Terror in the “burbs”

July 14, 2007 | By | Reply More

Three months ago.  I went to my kids’ school to have lunch with them and sat at a “peanut-free” table. I had seen the signs around school outside various classrooms. I had been made aware of kids’ peanut allergies in school fliers and letters and e-mails when someone in one of the kids’ classes had an allergy. Each class member has a day to bring treats and it is most important to not harm others. We all were made aware and we took daily precautions to protect the kids.
Three weeks ago. My wife was traveling eastbound on Manchester in Des Peres towards work, and out of the blue a white-tailed doe leaped over the road divider and fell upon the car next to hers, crushing the front of vehicle. The car’s driver was unhurt. The deer stumbled off the front of the car and disappeared, apparently also unhurt. Later, a sign went up to alert the daily commuters to the “deer crossing” which occurs more and more frequently in my West St. Louis County neighborhood.

Last week. As we were flying southeastward, lightning hit the plane. No biggie, it happens all the time, my frequent-flying executive wife says to the kids, the planes are designed to take it.

These occurrences and incidents in my family’s life were all taken in stride by all of us. We didn’t know of the frequency of such occurrences nationally because we didn’t have any Homeland Security alerts in advance. Neither President Bush nor the plethora of candidates frowned and gesticulate at the threat of peanut allergies, deer hits on vehicles and lightning strikes. There have been no clarion calls for wiretaps or imprisonments of peanut farmers without trials, no wars or bombs or rewards for the capture of perpetrator deer. We haven’t had any new federal departments (that prohibit unions) created to hand out lightning rods or arrestors and to fight the threats of potential deaths from peanut allergies, strikes by errant deer, or strikes by lightning.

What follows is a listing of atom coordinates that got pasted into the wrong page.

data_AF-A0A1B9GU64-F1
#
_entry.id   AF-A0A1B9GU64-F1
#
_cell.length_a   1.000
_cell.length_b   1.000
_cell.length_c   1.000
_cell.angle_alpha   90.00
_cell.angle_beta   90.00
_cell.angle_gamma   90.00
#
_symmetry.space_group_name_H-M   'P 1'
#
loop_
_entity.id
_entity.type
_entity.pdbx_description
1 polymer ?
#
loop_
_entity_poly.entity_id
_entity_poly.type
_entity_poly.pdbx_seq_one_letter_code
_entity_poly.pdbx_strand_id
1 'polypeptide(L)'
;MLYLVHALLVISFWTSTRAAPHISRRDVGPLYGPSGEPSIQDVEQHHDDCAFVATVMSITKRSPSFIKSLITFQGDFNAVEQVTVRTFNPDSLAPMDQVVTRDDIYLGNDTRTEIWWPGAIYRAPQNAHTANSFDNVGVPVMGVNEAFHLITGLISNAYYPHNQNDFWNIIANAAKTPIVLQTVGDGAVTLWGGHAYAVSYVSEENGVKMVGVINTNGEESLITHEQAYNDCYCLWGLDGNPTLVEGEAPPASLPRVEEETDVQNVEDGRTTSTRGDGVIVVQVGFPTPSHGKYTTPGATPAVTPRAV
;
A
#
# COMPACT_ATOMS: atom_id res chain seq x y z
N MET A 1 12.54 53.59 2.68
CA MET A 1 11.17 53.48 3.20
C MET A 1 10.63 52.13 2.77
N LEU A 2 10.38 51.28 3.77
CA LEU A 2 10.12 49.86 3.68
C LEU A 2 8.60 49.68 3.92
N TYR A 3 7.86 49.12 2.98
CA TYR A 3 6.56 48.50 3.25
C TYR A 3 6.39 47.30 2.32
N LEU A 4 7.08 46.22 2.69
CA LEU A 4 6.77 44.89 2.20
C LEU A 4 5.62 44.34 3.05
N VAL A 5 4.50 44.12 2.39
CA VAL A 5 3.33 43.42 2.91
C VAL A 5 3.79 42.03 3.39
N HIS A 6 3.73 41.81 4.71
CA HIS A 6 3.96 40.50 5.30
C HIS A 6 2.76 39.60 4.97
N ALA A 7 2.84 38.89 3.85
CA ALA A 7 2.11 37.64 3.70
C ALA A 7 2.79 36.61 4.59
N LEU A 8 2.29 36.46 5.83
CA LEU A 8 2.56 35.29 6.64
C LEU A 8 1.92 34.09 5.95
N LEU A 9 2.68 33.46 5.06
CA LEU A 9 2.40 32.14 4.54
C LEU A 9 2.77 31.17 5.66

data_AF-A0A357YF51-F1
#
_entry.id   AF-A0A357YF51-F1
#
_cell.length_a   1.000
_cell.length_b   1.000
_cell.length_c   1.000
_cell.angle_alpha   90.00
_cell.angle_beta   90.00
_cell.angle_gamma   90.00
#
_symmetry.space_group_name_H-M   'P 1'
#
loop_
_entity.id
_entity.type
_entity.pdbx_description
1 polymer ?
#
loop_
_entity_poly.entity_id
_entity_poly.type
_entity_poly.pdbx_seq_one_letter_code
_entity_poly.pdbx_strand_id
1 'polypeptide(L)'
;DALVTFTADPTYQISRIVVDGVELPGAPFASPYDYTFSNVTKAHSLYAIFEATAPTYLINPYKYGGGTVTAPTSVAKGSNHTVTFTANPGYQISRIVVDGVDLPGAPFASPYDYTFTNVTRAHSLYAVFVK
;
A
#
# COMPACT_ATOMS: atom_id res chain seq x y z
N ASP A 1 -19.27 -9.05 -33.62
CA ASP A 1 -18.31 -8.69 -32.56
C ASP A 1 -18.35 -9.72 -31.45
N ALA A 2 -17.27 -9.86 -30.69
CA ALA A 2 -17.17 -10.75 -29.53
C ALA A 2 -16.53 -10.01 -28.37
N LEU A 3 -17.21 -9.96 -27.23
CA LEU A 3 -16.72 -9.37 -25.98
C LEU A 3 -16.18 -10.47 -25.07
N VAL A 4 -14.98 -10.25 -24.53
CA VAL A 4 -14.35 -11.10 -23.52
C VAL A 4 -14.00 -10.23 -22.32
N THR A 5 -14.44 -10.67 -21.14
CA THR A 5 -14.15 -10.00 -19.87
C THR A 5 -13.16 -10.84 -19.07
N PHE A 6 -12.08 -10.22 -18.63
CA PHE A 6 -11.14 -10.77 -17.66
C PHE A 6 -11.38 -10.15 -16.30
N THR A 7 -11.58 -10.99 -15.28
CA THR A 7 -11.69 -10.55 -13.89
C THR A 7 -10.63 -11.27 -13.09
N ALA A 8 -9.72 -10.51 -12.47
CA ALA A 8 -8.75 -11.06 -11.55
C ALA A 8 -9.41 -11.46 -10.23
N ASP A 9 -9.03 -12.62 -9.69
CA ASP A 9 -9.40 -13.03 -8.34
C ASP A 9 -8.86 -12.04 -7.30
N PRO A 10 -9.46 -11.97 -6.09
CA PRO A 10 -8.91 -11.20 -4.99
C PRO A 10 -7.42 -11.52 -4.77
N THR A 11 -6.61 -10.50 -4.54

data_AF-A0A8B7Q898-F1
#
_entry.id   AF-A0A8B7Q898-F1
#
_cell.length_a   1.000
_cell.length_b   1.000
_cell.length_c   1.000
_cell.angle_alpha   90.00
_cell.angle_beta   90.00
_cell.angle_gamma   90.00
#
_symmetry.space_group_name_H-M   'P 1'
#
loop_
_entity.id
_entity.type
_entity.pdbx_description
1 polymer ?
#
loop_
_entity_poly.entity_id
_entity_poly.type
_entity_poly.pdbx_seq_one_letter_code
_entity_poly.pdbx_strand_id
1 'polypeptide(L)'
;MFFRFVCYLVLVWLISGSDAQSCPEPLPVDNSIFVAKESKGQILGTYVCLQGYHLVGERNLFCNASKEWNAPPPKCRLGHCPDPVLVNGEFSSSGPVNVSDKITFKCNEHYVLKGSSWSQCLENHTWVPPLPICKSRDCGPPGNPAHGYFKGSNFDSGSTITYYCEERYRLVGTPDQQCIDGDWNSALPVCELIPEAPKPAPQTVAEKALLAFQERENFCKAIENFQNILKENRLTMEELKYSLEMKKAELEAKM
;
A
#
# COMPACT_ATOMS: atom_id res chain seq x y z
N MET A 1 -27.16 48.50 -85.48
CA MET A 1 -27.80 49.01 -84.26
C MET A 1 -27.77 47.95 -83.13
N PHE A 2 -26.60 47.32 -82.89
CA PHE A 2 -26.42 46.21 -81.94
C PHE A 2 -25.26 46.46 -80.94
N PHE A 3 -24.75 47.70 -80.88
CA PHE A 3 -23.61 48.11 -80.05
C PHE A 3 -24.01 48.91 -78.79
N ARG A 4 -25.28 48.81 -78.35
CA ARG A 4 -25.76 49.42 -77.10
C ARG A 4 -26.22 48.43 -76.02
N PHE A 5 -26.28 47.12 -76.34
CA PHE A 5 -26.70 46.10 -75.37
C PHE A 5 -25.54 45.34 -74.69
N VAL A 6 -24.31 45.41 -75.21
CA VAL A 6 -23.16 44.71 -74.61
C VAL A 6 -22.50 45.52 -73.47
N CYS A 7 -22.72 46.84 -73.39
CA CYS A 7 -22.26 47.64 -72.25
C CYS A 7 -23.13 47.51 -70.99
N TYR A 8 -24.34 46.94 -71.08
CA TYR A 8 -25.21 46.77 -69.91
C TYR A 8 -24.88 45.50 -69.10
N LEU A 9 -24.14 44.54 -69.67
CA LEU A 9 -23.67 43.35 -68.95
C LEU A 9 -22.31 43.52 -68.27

But, according to the Cato Institute, since the 1960’s when we first started keeping track of the numbers of US citizens deaths from terrorism, more US citizens die each year from peanut allergies than have died from terrorist attacks (and see here).  More US citizens die each year from hits by deer than have died from terrorist attacks. More US citizens die each year from lightning strikes than die from terrorist attacks. The statistics include domestic sponsored terrorism (e.g., McVeigh) as well as apparent foreign sponsored terrorism (9/11).

Thus, as US citizens wander through life, they don’t know that they stand a statistically larger chance of death from peanut allergies, leaping deer and lightning strikes than from foreign or domestic terrorist attacks. 

Blissful ignorance? 

[Admin’s note: See also here and here and here.]


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Category: Politics, Psychology Cognition, Statistics

About the Author ()

imothy E. Hogan is a trial attorney, a husband, a father of two awesome children and a practicing Roman Catholic in St. Louis, Missouri. Mr. Hogan has done legal and political work in Jefferson City, Missouri for partisan and non-partisan social change, environmental and consumer protection groups. Mr. Hogan has also worked for consumer advocate Ralph Nader in Washington, DC and the members of the trial bar in the State of New York. Mr. Hogan’s current interests involve remaining a full time solo practitioner pioneer on the frontiers of justice in America, a good husband and a good father to his awesome children.

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